Stars With A Taste For Planets? Study Suggests One In 12 Might Have Swallowed A World

A recent study reveals that approximately one out of every twelve stars in the universe could possess the capability to consume a planet.

Stars With A Taste For Planets? Study Suggests One In 12 Might Have Swallowed A World

The universe might host several stars that consume planets.

A new study suggests that a surprising number of stars, potentially one in twelve, may have devoured a planet at some point in their lifetimes, according to Space.com.

Scientists have previously found evidence of unusual element compositions in some stars, hinting at the possibility of planetary consumption. This new research strengthens that theory by examining "co-natal" stars, twins born from the same cloud of gas and dust. These twins should have nearly identical makeups, so any significant chemical differences could point to a dramatic event, like a star swallowing a planet.

The research team used data from the European Space Agency's Gaia satellite to identify 91 pairs of co-natal stars. They then analysed the light from these stars using powerful telescopes to determine their elemental compositions.

The analysis revealed a surprising fact: in about 8% of the pairs, one star showed signs of having engulfed a planet, displaying a different chemical makeup compared to its twin.

"What's truly surprising is the frequency at which it seems to happen," study co-author Yuan-Sen Ting, an astronomer at the Australian National University in Canberra, told Space.com. "It implies that stable planetary systems like our own solar system might not be the norm. This gives us a deeper perspective on our place in the universe."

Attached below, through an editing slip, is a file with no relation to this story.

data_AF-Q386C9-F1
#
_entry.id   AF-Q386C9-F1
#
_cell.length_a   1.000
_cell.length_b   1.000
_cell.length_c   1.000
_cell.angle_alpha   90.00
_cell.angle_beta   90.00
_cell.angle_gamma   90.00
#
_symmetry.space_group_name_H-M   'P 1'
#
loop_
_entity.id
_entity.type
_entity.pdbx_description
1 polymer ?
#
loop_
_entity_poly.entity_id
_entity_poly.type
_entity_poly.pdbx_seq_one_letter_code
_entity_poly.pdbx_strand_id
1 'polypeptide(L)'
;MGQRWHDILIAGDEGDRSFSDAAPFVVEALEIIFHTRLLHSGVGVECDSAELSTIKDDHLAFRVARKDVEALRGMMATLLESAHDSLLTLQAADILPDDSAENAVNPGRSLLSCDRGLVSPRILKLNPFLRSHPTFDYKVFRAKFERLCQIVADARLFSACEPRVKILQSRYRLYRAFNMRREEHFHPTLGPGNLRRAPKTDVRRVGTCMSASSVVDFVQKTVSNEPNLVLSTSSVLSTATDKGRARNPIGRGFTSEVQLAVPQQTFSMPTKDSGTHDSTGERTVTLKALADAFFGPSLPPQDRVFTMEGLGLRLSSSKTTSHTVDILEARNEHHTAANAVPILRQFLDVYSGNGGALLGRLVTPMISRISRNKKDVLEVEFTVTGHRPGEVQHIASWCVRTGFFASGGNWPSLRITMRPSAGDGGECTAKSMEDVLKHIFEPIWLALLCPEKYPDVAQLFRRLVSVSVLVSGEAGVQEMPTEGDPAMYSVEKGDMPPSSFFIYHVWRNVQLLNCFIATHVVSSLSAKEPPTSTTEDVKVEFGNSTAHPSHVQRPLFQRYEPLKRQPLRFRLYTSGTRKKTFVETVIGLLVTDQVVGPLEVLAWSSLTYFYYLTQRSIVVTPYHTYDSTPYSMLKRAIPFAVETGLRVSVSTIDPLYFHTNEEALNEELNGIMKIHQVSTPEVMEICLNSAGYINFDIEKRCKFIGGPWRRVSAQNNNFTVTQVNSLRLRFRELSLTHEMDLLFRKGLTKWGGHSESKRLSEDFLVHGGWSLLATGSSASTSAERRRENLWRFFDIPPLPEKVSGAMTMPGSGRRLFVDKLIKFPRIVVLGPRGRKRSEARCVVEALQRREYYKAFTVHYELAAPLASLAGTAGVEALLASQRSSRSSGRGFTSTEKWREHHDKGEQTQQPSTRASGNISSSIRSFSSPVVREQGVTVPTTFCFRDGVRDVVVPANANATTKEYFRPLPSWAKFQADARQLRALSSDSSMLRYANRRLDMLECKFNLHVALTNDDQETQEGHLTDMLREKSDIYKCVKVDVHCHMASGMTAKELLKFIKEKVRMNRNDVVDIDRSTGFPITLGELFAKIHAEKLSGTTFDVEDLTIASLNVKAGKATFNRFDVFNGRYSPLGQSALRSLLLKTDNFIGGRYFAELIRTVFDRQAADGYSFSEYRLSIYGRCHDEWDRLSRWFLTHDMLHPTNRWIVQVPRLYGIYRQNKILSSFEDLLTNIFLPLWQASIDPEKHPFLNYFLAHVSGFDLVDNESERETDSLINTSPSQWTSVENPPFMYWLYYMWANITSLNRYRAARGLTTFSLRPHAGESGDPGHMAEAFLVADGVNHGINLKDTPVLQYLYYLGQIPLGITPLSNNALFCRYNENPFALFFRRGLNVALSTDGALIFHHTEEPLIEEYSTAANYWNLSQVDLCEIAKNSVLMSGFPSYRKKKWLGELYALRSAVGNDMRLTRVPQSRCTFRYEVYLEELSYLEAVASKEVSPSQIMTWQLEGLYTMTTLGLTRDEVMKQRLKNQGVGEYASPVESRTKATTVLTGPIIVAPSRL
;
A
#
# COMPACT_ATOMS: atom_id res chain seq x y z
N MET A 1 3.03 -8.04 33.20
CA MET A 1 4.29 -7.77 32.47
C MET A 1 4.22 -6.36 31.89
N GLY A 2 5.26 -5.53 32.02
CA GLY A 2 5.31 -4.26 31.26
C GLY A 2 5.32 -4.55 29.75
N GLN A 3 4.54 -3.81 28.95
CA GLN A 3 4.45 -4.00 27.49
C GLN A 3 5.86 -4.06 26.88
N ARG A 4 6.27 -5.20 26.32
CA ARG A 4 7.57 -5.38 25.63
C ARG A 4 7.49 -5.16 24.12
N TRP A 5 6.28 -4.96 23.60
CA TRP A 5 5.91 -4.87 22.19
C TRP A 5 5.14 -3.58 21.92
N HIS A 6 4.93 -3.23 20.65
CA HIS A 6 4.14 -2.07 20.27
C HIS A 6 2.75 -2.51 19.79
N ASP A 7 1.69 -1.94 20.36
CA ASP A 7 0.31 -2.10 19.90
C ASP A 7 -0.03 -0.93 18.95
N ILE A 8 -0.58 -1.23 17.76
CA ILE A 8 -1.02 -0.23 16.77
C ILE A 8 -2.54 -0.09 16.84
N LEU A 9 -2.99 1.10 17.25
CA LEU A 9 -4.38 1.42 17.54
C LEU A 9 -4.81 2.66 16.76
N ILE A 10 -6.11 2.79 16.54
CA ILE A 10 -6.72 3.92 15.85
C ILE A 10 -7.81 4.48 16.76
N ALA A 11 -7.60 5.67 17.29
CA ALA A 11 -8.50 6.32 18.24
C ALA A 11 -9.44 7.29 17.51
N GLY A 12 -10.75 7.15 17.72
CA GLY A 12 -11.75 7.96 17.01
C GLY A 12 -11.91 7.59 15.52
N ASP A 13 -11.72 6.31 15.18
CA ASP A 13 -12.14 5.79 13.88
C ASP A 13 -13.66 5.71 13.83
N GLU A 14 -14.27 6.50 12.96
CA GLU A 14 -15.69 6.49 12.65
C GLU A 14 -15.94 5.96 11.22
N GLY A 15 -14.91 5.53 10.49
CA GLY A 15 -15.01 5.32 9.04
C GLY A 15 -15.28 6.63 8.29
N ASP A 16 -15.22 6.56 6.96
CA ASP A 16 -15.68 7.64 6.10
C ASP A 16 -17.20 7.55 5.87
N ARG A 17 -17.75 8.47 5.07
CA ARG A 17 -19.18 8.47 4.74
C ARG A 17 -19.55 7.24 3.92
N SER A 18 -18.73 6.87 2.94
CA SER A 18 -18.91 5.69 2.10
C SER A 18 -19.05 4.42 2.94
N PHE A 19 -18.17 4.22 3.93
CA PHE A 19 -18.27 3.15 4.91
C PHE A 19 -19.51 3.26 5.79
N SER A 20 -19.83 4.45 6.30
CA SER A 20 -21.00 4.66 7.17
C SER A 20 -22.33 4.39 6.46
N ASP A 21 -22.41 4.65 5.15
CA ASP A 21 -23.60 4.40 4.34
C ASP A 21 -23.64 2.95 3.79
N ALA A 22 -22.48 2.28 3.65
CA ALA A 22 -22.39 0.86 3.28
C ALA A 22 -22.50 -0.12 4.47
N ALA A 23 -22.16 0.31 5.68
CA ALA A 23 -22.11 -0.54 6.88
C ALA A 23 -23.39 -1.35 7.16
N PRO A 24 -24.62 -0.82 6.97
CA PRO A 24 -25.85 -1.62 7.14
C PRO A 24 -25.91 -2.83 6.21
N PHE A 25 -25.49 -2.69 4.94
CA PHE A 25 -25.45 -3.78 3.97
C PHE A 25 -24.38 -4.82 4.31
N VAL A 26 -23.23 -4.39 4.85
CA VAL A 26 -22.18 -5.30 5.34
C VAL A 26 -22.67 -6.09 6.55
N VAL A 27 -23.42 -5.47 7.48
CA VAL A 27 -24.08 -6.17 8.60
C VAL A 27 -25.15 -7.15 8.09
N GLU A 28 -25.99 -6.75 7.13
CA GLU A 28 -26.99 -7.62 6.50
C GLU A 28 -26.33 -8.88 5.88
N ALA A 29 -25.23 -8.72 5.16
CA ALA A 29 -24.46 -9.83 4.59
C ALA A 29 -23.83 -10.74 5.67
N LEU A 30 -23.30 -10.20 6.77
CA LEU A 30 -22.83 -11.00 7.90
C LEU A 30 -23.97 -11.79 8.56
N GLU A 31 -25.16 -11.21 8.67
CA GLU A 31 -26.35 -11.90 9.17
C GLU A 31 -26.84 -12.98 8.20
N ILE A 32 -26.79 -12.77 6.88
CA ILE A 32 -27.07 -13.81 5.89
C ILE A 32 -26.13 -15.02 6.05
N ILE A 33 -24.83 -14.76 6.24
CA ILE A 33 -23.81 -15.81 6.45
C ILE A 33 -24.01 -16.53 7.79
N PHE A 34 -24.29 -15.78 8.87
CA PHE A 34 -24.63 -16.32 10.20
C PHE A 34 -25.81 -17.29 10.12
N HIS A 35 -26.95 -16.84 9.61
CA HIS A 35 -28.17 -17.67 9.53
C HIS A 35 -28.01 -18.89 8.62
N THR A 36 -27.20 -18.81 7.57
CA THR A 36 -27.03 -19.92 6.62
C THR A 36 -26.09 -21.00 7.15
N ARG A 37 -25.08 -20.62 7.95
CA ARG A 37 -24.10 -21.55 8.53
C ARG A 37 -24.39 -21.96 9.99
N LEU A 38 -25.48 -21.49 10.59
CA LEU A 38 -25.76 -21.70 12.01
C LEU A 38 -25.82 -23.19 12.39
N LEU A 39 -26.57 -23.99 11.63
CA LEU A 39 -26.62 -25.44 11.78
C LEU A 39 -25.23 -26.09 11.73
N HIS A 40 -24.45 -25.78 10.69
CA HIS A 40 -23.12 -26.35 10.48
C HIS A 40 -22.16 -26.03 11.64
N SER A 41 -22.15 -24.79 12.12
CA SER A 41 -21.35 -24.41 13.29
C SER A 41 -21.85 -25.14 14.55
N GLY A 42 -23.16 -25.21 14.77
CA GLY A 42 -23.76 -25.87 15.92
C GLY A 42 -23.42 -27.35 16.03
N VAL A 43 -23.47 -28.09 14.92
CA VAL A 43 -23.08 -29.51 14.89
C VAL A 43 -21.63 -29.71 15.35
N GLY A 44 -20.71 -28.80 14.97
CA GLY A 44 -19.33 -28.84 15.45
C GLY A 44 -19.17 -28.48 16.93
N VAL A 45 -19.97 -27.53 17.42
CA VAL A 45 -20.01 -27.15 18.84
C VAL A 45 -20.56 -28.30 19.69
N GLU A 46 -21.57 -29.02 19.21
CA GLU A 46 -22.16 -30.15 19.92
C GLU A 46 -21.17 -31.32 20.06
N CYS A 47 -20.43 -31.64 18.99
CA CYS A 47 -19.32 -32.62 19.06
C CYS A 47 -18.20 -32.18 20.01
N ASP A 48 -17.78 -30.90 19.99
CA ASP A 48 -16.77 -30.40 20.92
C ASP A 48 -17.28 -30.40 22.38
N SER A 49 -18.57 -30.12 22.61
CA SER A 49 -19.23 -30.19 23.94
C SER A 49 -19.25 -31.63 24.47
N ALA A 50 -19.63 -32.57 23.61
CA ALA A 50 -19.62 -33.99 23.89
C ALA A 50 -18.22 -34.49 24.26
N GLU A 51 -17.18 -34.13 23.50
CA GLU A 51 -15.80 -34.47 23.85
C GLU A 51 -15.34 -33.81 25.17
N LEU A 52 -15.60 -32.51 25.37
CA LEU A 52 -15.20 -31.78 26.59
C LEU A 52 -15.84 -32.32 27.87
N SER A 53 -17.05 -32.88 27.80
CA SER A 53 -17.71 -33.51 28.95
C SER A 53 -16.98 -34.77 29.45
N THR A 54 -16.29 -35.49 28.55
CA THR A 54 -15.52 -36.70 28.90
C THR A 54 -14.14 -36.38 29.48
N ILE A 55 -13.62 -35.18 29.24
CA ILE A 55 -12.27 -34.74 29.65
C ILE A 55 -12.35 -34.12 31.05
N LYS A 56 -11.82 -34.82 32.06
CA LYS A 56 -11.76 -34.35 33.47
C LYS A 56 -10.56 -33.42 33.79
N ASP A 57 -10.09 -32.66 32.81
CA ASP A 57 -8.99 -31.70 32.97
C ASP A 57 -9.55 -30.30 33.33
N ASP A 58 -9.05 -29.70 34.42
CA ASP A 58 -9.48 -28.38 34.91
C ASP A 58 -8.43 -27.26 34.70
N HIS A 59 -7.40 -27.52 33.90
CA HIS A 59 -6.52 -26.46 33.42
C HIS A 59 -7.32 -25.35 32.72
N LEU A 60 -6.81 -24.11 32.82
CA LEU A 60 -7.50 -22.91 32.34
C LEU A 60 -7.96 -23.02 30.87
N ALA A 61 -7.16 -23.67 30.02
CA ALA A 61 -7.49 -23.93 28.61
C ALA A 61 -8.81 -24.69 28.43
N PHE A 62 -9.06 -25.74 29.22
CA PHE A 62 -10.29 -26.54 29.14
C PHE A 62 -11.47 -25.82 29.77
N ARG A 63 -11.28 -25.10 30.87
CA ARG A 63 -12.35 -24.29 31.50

While our Sun is expected to engulf some planets when it becomes a red giant in the distant future, this study focused on stars in their prime. This implies planetary ingestion might be a more frequent occurrence during a star system's normal lifespan. One possibility is that rogue planets, ejected from their own systems, could collide with other stars.

The findings suggest that many planetary systems might be less stable than previously believed, with planets potentially flung out at random. However, the researchers assure us that our own solar system seems stable on a human timescale, so there's no immediate need to worry.

The study, published in thejournal Nature on March 20th, leaves some questions unanswered. It's not entirely clear whether stars are swallowing fully formed planets or simply leftover planetary building blocks from their formation. Future research may shed light on this detail.

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